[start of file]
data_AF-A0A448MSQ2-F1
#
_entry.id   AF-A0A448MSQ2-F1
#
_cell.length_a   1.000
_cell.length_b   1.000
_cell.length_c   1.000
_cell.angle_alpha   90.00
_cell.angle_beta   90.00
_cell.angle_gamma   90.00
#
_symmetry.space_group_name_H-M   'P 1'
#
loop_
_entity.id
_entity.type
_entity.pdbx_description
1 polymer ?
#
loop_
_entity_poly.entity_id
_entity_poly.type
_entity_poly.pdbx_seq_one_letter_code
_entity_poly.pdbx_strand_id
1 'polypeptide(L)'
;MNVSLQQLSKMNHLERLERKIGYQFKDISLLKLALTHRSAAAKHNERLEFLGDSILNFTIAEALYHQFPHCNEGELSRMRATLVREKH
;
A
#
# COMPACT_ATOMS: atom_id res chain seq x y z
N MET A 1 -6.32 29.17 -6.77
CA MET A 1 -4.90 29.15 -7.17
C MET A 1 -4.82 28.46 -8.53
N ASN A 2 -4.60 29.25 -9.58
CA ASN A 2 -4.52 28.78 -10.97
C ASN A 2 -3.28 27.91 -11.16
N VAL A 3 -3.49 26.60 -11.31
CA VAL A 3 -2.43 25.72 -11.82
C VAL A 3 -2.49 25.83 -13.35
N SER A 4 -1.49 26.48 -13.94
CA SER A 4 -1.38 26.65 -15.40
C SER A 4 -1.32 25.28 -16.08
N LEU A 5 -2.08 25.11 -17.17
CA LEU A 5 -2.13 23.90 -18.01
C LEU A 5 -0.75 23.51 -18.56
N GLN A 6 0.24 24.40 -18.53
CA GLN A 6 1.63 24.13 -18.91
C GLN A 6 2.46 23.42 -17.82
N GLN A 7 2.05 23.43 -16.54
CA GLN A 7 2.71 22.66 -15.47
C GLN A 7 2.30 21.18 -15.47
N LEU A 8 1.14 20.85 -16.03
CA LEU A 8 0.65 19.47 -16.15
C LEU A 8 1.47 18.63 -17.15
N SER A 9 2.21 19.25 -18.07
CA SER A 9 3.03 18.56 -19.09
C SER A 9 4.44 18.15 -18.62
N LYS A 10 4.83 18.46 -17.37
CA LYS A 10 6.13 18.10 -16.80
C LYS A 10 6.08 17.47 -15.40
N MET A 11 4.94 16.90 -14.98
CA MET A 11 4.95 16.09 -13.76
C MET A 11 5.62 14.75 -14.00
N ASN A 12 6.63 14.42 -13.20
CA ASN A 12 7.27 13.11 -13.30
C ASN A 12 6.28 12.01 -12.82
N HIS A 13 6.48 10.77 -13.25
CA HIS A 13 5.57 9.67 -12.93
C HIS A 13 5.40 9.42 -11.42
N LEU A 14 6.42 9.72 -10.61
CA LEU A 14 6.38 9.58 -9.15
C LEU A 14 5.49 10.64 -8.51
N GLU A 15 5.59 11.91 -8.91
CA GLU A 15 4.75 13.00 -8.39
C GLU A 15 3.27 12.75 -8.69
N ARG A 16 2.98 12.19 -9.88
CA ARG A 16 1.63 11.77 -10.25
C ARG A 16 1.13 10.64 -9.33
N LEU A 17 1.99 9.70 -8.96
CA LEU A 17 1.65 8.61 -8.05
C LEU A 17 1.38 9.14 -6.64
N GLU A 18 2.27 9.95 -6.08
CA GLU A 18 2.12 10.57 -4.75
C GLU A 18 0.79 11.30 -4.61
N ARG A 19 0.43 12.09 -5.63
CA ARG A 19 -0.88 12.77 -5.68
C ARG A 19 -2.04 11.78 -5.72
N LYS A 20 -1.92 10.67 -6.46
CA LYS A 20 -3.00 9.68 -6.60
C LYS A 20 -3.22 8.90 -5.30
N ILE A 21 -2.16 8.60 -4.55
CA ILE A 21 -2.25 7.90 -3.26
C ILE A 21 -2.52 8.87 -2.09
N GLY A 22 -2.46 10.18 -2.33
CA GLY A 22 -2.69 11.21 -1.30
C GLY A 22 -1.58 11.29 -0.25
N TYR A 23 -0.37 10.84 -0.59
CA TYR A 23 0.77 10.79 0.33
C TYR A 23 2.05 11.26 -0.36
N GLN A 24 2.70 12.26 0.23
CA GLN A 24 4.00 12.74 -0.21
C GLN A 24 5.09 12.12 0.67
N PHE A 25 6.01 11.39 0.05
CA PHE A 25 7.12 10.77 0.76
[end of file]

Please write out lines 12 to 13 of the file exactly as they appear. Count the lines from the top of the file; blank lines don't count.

_symmetry.space_group_name_H-M   'P 1'
#